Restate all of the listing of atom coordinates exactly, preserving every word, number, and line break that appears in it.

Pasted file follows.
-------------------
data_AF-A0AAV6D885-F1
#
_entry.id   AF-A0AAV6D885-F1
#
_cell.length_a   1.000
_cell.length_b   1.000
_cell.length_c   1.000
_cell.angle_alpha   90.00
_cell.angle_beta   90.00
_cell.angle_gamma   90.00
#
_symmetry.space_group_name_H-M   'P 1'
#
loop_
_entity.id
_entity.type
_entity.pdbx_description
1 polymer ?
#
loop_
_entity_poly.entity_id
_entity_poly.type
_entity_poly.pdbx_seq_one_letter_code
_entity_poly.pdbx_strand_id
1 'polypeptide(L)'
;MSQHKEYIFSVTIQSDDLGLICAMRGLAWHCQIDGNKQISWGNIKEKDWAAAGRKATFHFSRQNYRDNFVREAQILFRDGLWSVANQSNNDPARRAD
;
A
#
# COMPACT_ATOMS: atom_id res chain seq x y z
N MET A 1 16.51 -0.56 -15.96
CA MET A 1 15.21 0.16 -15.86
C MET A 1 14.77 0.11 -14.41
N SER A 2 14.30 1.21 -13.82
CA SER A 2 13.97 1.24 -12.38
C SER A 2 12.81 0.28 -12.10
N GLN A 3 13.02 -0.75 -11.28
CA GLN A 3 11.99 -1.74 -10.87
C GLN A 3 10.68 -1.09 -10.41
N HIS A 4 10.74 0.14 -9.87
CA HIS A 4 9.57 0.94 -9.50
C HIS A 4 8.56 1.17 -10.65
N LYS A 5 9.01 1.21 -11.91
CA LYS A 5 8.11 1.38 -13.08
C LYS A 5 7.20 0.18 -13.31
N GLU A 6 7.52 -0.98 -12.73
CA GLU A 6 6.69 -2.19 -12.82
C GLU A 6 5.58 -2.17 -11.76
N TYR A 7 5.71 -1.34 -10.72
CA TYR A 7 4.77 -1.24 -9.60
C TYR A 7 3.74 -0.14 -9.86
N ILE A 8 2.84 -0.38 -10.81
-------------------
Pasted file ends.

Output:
data_AF-A0AAV6D885-F1
#
_entry.id   AF-A0AAV6D885-F1
#
_cell.length_a   1.000
_cell.length_b   1.000
_cell.length_c   1.000
_cell.angle_alpha   90.00
_cell.angle_beta   90.00
_cell.angle_gamma   90.00
#
_symmetry.space_group_name_H-M   'P 1'
#
loop_
_entity.id
_entity.type
_entity.pdbx_description
1 polymer ?
#
loop_
_entity_poly.entity_id
_entity_poly.type
_entity_poly.pdbx_seq_one_letter_code
_entity_poly.pdbx_strand_id
1 'polypeptide(L)'
;MSQHKEYIFSVTIQSDDLGLICAMRGLAWHCQIDGNKQISWGNIKEKDWAAAGRKATFHFSRQNYRDNFVREAQILFRDGLWSVANQSNNDPARRAD
;
A
#
# COMPACT_ATOMS: atom_id res chain seq x y z
N MET A 1 16.51 -0.56 -15.96
CA MET A 1 15.21 0.16 -15.86
C MET A 1 14.77 0.11 -14.41
N SER A 2 14.30 1.21 -13.82
CA SER A 2 13.97 1.24 -12.38
C SER A 2 12.81 0.28 -12.10
N GLN A 3 13.02 -0.75 -11.28
CA GLN A 3 11.99 -1.74 -10.87
C GLN A 3 10.68 -1.09 -10.41
N HIS A 4 10.74 0.14 -9.87
CA HIS A 4 9.57 0.94 -9.50
C HIS A 4 8.56 1.17 -10.65
N LYS A 5 9.01 1.21 -11.91
CA LYS A 5 8.11 1.38 -13.08
C LYS A 5 7.20 0.18 -13.31
N GLU A 6 7.52 -0.98 -12.73
CA GLU A 6 6.69 -2.19 -12.82
C GLU A 6 5.58 -2.17 -11.76
N TYR A 7 5.71 -1.34 -10.72
CA TYR A 7 4.77 -1.24 -9.60
C TYR A 7 3.74 -0.14 -9.86
N ILE A 8 2.84 -0.38 -10.81